The sky darkened and the rain fell. Whimpers resonate from two Corner Brook houses. Paying closer attention to the sounds of disappointment from each home would isolate the cries of both human and canine.
Darrell Sparkes knows he has taken on a great responsibility. Mornings like Wednesday, with the weather undesirable, his responsibility magnifies. His five-month-old black Labrador retriever cocks his head in disgust as well.
Darren Hillier is sharing the disgust just a few streets away. The weather prohibits him from the opportunity to burn off some of the energy oozing from his year-old German short-haired pointer.
There’s a break in the cloud cover. The spirits of four lift with it. By the time they reach the new dog park in Corner Brook, the sun is shining brightly.
Doc and Bella meet. They chase each other. They play fetch, neither minding which of their owners throw the ball. The whimpers are forgotten memories.
Sparkes and Hillier are both feeling better about their day too. Relief may be the appropriate description. It’s not just the weather; having a place to bring their dogs is a weight lifted off.
“It was much needed,” Sparkes said of the park just recently opened on Wellington Street by the City of Corner Brook. “He has lots of energy, so the park is definitely going to help beat him out.”
Hiller feels the same. Before the dog park, he would take Bella for a walk along the pipeline from Three Mile Dam. It was desolate enough to allow her off her leash, but it came with concerns. The park is a much better option as there are no worries of her running away.
“With my dog especially, if she is on a leash she is not getting beat out.”
Both dog owners are grateful to have the park to utilize. Sparkes said it is a better option than a place like Margaret Bowater Park, where he would get complaints if Doc was off the leash or around people there.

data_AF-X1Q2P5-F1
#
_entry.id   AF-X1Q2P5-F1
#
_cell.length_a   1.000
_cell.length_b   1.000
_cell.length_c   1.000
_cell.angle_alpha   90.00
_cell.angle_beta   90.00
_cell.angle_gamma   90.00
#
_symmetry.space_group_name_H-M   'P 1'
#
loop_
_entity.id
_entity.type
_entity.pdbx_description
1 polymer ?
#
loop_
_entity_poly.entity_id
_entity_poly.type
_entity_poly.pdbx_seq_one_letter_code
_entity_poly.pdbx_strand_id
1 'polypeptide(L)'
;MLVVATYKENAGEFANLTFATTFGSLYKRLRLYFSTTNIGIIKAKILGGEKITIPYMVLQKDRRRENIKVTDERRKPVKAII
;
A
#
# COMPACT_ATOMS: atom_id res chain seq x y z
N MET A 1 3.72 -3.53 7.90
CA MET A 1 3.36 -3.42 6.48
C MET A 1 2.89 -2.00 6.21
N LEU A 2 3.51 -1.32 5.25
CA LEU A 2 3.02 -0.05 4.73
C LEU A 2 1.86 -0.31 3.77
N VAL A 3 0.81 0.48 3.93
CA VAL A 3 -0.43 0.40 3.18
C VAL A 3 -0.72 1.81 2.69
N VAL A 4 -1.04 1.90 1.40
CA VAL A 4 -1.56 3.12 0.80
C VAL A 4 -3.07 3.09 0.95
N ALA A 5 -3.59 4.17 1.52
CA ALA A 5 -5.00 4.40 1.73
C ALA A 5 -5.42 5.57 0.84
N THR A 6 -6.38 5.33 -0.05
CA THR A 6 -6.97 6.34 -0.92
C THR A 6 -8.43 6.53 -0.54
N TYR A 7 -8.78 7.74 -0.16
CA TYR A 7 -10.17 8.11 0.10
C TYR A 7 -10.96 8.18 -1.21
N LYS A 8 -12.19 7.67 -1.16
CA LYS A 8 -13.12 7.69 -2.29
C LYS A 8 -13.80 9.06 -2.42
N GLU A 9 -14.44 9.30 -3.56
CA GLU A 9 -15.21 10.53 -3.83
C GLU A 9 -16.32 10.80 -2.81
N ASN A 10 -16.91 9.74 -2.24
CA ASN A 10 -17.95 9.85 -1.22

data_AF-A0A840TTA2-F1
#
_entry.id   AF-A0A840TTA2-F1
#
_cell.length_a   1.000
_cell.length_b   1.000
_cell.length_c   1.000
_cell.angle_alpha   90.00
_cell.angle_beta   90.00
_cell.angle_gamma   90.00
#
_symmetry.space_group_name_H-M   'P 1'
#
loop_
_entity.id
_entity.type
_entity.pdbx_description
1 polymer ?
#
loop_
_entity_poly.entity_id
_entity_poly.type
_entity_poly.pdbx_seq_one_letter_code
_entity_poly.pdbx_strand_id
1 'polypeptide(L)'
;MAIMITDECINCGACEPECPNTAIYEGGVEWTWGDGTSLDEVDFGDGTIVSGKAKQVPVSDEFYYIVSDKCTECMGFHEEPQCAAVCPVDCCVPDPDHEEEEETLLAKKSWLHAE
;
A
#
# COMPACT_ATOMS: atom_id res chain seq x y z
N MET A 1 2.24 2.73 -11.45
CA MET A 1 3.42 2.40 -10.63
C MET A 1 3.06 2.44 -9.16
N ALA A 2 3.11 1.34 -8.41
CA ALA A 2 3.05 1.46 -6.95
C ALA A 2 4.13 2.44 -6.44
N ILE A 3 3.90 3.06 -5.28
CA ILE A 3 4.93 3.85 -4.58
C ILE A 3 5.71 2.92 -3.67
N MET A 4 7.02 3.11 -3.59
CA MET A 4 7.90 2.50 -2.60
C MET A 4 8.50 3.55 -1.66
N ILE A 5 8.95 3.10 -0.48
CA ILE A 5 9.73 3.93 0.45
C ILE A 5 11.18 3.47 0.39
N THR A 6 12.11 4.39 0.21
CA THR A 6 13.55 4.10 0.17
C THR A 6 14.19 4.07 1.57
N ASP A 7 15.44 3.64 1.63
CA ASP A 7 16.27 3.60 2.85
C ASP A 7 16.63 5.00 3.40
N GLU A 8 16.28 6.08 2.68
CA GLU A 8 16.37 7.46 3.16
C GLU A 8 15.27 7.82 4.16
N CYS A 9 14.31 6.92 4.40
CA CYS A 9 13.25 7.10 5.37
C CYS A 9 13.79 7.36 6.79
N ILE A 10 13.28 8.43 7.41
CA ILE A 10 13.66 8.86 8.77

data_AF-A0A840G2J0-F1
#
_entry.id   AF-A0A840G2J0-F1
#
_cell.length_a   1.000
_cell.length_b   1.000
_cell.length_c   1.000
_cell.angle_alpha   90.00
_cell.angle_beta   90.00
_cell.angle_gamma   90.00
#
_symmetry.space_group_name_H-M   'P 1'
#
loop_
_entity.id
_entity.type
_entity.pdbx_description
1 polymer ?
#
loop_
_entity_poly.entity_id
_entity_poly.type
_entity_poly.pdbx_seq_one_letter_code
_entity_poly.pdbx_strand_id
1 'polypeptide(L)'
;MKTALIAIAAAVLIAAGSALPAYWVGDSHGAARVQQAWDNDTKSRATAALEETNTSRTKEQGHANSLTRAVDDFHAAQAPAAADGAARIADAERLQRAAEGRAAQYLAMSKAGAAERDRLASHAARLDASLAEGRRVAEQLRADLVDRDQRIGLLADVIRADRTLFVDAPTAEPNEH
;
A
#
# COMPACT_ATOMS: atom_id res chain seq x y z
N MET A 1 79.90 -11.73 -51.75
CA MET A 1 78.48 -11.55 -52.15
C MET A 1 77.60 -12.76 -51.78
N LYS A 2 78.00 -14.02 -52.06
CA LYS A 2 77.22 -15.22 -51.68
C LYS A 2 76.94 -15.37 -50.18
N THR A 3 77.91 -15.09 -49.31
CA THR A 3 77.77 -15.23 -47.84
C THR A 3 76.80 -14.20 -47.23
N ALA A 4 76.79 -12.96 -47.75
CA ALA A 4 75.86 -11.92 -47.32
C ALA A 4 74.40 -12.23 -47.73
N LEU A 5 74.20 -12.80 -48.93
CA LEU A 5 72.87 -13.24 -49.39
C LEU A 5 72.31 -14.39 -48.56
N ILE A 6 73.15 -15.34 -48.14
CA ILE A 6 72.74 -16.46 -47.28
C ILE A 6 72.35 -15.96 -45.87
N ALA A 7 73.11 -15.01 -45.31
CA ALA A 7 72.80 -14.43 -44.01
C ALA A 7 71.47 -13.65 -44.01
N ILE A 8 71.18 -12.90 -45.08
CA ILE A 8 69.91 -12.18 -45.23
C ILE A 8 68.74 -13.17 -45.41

The 100-by-100 foot park had a startup cost of about $20,000, and the Humber Rotary Club sponsored $5,000 toward the project. It is constructed on the site of the former B diamond of Fred Basha Memorial Field.
Both dog owners hope the park is widely utilized, proving its value to council in hopes it will exist long-term.
The owners had been to the park before, keeping company with dozens of dogs there on one occasion.
If there was one criticism, Hiller and Sparkes agreed the park is on the small side. They hope the pilot project leads to an expansion of the facility and the addition of a few amenities.
In short order, a couple pull up to the park in their vehicle, and enter with a boxer. The new dog joins in the fun.
More voices add to the conversation. A few minutes later, another boxer joins the party, and an additional perspective fuels the dialogue.
The dogs run and jump on each other, continue to play fetch. The action is fast and appears rough, but there is not one growl or bark exchanged.
The whimpers were long gone too.